By DARREN MILLER
ST. LOUIS — It was three years and 17 pounds ago when University of Iowa super senior Michael Kemerer last set foot on a wrestling mat at the NCAA Championships.
“It is more excitement than anything,” said Kemerer, who is 7-0 and top-seeded at 174 pounds. “The national tournament is the pinnacle, it’s what everyone talks about in March. To be able to finally be out there and wrestling in that arena and that atmosphere that you dream about when you’re a kid is huge. I want to savor every moment and live in the moment because it is such a unique experience.”
Kemerer was on a roll the last time he competed at the national tournament in Cleveland in 2018. He was a redshirt sophomore and placed fourth at 157 pounds, winning five of six matches before bowing out by medical forfeit in the third-place match. Kemerer won his first 22 matches that season and led off both the Big Ten and NCAA tournaments with bonus-point victories (a combined three falls and a major decision).
Kemerer sat out the entire 2018-19 season, rehabilitating a surgically repaired shoulder. He successfully bumped up two weight classes to 174 in 2019-20, winning his first 14 matches before falling to Mark Hall of Penn State, 8-5, in the Big Ten final.
“Everyone is going into this tournament 0-0. There is nothing guaranteed; because I’m a No. 1 seed doesn’t mean they are going to give me a free ride to the finals."Michael Kemerer, Iowa 174-pound wrestler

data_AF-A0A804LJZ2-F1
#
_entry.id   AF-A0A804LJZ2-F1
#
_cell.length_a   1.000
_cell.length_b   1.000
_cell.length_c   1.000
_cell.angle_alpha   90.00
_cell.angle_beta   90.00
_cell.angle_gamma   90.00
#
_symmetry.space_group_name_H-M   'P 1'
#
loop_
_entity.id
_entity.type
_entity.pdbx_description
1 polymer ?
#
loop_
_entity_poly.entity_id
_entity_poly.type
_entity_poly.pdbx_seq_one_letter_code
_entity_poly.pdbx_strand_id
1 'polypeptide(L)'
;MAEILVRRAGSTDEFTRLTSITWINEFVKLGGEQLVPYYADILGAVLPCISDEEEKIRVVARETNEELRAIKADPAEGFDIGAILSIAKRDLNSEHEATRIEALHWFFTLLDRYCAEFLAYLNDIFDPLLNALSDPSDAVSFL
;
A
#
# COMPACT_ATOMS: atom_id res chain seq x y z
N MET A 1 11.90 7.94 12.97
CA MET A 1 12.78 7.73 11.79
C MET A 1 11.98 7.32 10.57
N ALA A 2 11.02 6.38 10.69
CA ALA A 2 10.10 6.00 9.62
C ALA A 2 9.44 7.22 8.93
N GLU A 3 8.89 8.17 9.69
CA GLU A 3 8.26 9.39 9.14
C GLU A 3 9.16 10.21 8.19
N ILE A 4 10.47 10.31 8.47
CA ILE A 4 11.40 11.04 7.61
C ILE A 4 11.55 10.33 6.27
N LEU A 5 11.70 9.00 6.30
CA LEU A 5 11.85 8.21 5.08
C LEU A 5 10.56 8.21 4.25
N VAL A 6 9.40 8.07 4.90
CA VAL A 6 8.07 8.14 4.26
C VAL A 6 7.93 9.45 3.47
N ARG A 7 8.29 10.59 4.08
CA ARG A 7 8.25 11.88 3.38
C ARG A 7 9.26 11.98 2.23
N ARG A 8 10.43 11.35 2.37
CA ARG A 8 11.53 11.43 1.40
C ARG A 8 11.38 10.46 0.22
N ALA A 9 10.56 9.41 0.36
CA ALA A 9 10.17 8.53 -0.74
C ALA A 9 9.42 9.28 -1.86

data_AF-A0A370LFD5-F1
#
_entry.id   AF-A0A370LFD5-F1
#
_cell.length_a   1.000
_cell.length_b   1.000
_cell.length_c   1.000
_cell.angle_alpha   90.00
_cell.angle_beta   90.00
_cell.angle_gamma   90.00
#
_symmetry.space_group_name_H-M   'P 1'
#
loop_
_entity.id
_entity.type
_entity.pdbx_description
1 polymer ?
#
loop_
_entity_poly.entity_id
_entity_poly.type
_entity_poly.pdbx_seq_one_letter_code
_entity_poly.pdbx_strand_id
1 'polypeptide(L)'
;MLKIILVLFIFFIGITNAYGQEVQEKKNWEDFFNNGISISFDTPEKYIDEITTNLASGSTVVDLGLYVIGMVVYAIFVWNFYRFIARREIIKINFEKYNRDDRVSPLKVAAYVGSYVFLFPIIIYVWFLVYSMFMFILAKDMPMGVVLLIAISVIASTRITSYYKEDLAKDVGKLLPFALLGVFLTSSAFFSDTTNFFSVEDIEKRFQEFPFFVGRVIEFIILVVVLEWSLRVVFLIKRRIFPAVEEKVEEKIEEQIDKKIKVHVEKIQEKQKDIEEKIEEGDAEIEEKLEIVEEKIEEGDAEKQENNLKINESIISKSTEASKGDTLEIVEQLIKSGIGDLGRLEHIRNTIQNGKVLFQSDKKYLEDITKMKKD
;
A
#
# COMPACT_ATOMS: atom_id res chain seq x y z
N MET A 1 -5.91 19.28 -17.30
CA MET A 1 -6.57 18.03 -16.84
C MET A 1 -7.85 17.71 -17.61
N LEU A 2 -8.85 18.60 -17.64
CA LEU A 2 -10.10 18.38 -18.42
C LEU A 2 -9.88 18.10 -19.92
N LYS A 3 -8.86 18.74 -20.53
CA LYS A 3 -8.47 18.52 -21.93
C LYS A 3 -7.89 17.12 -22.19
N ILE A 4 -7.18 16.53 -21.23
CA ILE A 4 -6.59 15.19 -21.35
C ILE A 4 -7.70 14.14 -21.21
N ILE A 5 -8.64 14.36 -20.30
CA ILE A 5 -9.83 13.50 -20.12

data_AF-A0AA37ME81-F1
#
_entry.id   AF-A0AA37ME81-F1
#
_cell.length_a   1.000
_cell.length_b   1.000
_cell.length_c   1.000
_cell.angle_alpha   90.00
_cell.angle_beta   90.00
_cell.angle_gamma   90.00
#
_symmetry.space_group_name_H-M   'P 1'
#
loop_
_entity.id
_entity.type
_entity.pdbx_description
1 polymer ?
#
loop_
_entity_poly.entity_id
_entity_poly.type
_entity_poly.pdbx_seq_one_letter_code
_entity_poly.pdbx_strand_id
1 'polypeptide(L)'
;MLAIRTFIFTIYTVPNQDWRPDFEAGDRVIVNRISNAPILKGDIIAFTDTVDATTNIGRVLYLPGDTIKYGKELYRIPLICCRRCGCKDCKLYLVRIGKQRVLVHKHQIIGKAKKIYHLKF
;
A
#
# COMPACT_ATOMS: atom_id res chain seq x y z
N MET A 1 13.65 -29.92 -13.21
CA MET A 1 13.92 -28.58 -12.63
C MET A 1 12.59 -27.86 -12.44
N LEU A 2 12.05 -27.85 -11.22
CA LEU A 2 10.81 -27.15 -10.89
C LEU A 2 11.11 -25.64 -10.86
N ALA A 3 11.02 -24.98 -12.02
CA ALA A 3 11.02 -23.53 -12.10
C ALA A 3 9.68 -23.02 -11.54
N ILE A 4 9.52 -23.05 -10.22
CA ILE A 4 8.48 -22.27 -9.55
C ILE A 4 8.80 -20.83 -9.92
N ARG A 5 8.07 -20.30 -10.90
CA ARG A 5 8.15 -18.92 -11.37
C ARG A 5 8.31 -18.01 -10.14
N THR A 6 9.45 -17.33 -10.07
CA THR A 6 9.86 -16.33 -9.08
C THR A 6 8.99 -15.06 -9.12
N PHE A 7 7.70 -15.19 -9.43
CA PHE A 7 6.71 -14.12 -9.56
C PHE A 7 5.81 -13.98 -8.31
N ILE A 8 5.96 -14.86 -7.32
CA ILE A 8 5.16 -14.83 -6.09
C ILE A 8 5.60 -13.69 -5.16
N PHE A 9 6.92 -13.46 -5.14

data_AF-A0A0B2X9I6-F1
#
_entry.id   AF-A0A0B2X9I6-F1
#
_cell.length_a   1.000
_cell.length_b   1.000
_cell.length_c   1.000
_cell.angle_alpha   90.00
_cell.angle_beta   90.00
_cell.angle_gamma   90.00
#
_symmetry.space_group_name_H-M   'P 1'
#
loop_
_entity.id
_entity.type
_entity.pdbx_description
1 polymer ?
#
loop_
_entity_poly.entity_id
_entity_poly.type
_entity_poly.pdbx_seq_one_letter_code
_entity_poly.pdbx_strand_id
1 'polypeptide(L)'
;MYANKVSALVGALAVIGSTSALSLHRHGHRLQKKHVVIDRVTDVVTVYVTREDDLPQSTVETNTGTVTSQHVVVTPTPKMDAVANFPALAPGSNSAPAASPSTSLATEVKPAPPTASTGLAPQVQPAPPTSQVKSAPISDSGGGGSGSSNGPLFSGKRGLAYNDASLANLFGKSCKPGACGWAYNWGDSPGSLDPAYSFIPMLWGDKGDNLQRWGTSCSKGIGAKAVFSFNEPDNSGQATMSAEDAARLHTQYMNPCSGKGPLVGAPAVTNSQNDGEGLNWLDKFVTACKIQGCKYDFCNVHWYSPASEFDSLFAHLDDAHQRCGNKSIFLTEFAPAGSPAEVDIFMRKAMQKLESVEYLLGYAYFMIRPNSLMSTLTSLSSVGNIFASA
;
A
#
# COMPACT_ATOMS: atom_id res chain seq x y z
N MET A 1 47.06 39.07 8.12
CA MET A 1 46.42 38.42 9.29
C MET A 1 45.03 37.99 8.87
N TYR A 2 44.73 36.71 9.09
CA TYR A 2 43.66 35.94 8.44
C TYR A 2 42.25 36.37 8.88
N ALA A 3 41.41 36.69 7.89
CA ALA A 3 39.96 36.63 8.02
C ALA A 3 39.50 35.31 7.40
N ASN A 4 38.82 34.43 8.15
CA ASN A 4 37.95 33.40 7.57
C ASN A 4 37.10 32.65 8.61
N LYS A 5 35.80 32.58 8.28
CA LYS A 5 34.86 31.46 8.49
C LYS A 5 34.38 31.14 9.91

That’s as far as the college postseason would go. Less than a week before the Hawkeyes were to load their bus for the NCAA Championships in Minneapolis, the sports world shut down because of the coronavirus pandemic.
“We’re thankful we’re able to wrestle,” Kemerer said. “We don’t care what the circumstances are, we’re ready to go.”
For Kemerer, his sixth season in the program has been one of staying healthy, staying sharp and adapting.
“Things that seemed weird at first have become more normal,” Kemerer said. “If you would have said a year ago that we would be wearing masks and having less fans, you would think it’s crazy. The whole experience has been a lot different. It has been adapting; it has been a unique year for sure.”
One thing that hasn’t changed is Kemerer’s winning ways. After a three-match run through the 2021 Big Ten Championships, he is 82-7 for his career. The three-time All-American knows that means diddly in St. Louis.
“Everyone is going into this tournament 0-0,” Kemerer said. “There is nothing guaranteed; because I’m a No. 1 seed doesn’t mean they are going to give me a free ride to the finals. I have to go out and earn it. I know a lot of guys are going to be gunning for me as that No. 1 seed. In that Iowa singlet, you’re going to have a target on your back. I need to stay aware of that when I go out and wrestle these guys and ultimately stick to what I do and have fun out there.”
While Kemerer pursues his fourth All-America honor, the top-ranked Hawkeyes are searching for their 24th NCAA team title. Iowa’s last wrestling championship was in 2010. The Hawkeyes won back-to-back titles in 2008 and 2009 when the tournament was held in St. Louis.